Importance of cooking yourself a meal

In a fast-paced world, we are never in lack of situations to keep us preoccupied. Constantly absorbed in worry, anxiety and fear, our mind is like a ticking time bomb, ready to explode even at the slightest trigger. Almost everyone is weighed down with the stress of some sort and not everyone has an option to quit or start over. A vacation is the first thing that’d come to our mind when we want to de-stress. But it isn’t like we can pack our bags and set off. Or we could learn an instrument or a new skill but practically that is only a couple of times a week. What we need is something we can do to unwind every day.

Dr Michael M. Kocet, a nationally certified counsellor, and a professor at the Chicago School of Professional Psychology suggests culinary therapy as the key to mindfulness. Culinary therapy—or cooking therapy—as defined by Dr Kocet is “the therapeutic technique that uses arts, cooking, gastronomy, and an individual’s personal, cultural, and familial relationship with food to address emotional and psychological problems faced by individuals, families, and groups.”



What is cooking therapy?

Dr Kocet conducts sessions called ‘chocolate meditations’, where his students are asked to unwrap the chocolate, smell it with their eyes closed, associate that with memories or experiences and then savour every single moment as the chocolate slowly melts in their mouths.

We often dismiss cooking as a simple household chore. But there is more to cooking than just a chore. Eating, by itself, is an innately rewarding feeling. Cooking, thereby, is an inbuilt rewarding action. The idea of cooking therapy isn’t to become a chef, rather a method to enjoy the process and practise mindfulness. It helps you unlock your creativity and in turn, have fun. Even something as simple as making yourself a peanut butter and jelly sandwich is bound to make you feel accomplished.



Who needs Cooking Therapy?

How many of us know what is our mom’s favourite food? Most of the time the answer would be ours or our father’s preference. Our moms are so accustomed to eating what we like. And needless to say, working moms just want to get done with the dinner business. The last thing they want is for us to go empty stomach because they made something they like.

To every other working professional with chaotic work timings, food is merely an object to merely silence hunger.

And to everyone who is away from home, be it for studies or work, a simple home-cooked meal is a blissful experience. In short, everyone needs it. Food is an integral part of our lifestyle. If the quality of food and the experience of dining is poor, it is bound to lead us to physical and psychological issues someday.


Benefits of cooking therapy

● Psychological detachment - it is the sense of being away from work, both physically and mentally, during your time off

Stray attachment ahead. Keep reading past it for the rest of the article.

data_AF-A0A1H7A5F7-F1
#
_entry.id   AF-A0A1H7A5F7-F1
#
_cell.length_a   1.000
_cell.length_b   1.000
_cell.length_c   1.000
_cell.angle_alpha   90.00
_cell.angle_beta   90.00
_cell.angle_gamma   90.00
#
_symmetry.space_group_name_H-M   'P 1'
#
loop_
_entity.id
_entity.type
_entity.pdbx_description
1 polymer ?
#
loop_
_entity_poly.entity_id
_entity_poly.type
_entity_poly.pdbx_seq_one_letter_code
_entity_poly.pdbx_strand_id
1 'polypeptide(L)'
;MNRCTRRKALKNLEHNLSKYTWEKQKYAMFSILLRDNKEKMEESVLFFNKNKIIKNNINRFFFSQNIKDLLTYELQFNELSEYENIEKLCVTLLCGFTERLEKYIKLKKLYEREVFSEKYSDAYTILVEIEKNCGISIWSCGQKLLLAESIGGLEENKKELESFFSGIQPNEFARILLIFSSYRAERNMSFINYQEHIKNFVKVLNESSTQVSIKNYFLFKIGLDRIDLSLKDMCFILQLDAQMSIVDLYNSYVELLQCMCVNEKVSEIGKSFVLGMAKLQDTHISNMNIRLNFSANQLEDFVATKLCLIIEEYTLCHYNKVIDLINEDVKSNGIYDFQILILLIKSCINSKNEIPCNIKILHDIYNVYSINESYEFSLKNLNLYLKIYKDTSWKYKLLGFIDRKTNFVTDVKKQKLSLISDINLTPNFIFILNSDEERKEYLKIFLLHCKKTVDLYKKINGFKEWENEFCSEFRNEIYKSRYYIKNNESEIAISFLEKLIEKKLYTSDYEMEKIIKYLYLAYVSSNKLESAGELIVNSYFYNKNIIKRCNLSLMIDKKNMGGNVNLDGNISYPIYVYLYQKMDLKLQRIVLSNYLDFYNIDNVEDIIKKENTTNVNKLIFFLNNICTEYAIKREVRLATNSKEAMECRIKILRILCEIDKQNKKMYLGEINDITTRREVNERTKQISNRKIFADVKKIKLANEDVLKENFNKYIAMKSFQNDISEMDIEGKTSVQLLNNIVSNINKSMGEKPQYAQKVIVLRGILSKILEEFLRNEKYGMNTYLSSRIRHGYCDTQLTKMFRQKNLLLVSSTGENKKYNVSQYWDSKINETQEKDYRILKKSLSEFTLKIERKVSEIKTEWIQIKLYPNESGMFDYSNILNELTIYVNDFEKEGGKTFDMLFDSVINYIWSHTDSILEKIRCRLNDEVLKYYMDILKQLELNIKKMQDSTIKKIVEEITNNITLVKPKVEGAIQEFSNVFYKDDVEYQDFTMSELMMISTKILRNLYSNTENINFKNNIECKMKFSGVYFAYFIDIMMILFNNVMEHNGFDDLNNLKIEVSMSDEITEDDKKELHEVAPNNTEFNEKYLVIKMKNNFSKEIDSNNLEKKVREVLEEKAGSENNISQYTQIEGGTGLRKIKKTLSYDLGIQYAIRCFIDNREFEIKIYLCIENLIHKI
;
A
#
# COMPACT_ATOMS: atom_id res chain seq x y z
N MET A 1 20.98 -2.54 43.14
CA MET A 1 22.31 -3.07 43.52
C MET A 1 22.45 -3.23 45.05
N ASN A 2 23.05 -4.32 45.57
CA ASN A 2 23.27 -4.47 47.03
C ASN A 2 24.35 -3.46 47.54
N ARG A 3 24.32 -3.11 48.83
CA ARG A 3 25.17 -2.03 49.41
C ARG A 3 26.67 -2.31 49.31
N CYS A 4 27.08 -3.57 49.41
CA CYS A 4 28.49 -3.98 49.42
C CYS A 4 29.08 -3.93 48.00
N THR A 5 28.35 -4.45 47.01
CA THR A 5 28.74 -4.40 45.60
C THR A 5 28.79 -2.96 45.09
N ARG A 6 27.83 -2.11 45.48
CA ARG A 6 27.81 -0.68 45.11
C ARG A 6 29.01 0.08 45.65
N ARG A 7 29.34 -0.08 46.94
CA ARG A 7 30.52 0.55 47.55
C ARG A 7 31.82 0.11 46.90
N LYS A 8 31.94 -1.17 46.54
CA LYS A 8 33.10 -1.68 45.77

Healthier lifestyle - Many working professionals tend to order from outside or prefer takeaways instead of cooking. But putting that extra effort to make yourself a meal after work is going to ensure you at least one meal of wholesome, home-cooked and additive-free food

Enhances Learning - Cooking is all your school lessons in one action. You learn the science of how ingredients react, the correct measurements to get the taste of your liking, its origins, your family traditions and what not

Sense of accomplishment - you feel accomplished when you have fixed yourself a meal. And when you cook for others, you feel appreciated and a sense of agape. It makes you feel good about yourself because it’s a way to nurture others. It also delivers a sense of immediate gratification.

Helps practise gratitude - When we cook, we learn to appreciate the labour of love the ladies (or men) of our family shows us.

Survival skill - Cooking is an essential skill and it makes us self-sufficient. On a candid note, the year 2020 put a lot of our culinary skills to action. It proved to be a stress buster.

Self-care - This is particularly important because there is no greater self-love than cooking yourself a meal or even making yourself a cup of good coffee. It makes you feel important and it gives a boost to your self-esteem.

Culinary or cooking therapy is meant to ease your soul so start with something easy, something which you know you won’t fail. You are eventually going to get better so take it slow. If at all you aren’t able to make yourself a meal, relax and just mindfully savour every bite of your takeaway.

Having meals with your family or as a group is a happy experience and the satisfaction of having cooked a healthy meal can become a rush of healthy self-inflation. Cooking is about emotion, it’s about culture, it’s about love, it’s about memory. Remember to just cook with your heart and enjoy every meal.


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